AS the COVID-19 pandemic slams the economy, analysts fear it may slow down decarbonisation efforts, as coal, relatively unaffected by the oil price crash, could be seen as the fuel source of choice for companies and governments stripped of all financial capacity to invest in renewables.
In analysis released on Friday, Rystad said coal was already cheap before the economic shockwaves ripped through the energy sector, and the demand for it in China, during its own lockdown, was accompanied by a domestic production cost, balancing the market.
Now, it believes coal mining capacity is moving quickly back towards full capacity and power generation returning to normal levels, meaning thermal coal import demand into China is likely to total close to the 2019 annual numbers, though reports indicate some ports have already reached their 2020 annual quota limits.
It also noted the cheap price of oil, which is used as a fuel in coal mining could reduce coal output costs by a few dollars per tonne.
"With ARA prices already so low, any cost decrease will potentially give struggling producers selling to Europe a little breathing room, rather than allowing prices to move down any further," Rystad's head of global coal research Steve Hulton said.
The analysis noted a possible outcome of the pandemic could be a shift in public opinion and policy regarding the speed of transition towards a low carbon power generating future, noting coal to be a cheap, but problematic, source of energy to rebuild the economy.
"These factors could potentially lead to a slowing of the rate of the energy transition," Hulton said.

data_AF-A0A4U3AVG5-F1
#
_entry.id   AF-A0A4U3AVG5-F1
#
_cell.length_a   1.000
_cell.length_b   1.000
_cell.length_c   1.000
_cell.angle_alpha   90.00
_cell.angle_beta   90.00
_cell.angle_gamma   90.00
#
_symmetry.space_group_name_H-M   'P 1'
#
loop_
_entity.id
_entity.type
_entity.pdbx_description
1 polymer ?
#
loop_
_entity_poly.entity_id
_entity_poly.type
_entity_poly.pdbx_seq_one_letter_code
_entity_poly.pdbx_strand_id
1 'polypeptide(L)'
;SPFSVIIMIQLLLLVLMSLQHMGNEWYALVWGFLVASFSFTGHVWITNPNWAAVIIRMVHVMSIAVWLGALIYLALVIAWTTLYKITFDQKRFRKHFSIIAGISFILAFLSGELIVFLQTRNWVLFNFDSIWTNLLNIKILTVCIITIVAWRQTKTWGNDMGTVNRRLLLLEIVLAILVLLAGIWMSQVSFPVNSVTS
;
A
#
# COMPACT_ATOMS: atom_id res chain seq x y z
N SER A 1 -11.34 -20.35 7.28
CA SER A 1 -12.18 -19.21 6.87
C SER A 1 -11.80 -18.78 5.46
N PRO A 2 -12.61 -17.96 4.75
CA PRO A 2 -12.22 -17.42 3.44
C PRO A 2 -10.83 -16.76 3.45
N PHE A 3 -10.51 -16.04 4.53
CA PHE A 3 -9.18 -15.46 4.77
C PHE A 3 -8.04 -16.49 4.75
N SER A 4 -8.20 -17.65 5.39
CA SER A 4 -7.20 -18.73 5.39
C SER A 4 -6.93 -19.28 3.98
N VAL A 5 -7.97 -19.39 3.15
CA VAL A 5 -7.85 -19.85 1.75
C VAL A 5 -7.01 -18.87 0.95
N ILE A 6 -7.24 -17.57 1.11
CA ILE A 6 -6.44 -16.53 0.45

Separate analysis from Wood Mackenzie noted the cheap price of gasoline could also de-incentivise people from purchasing electric vehicles.
But it did say the volatility of oil market could lead to energy companies losing their appetite for oil and gas projects and instead invest in renewables, particularly given the ambitious decarbonisation targets some have set for themselves.
WoodMac analyst Valentina Kretzschmar said solar and wind projects have offered much lower rates of return than oil and gas projects, but now with the oil price through the floor this will no longer be true.
"Renewables projects suddenly look as attractive as upstream projects at US$35 a barrel," she said. The oil price has since slipped to $26/bbl.
International Energy Agency executive director Fatih Birol has urged governments to use their economic rescue packages to support low-carbon energy investment.
Source: Energy News Bulletin
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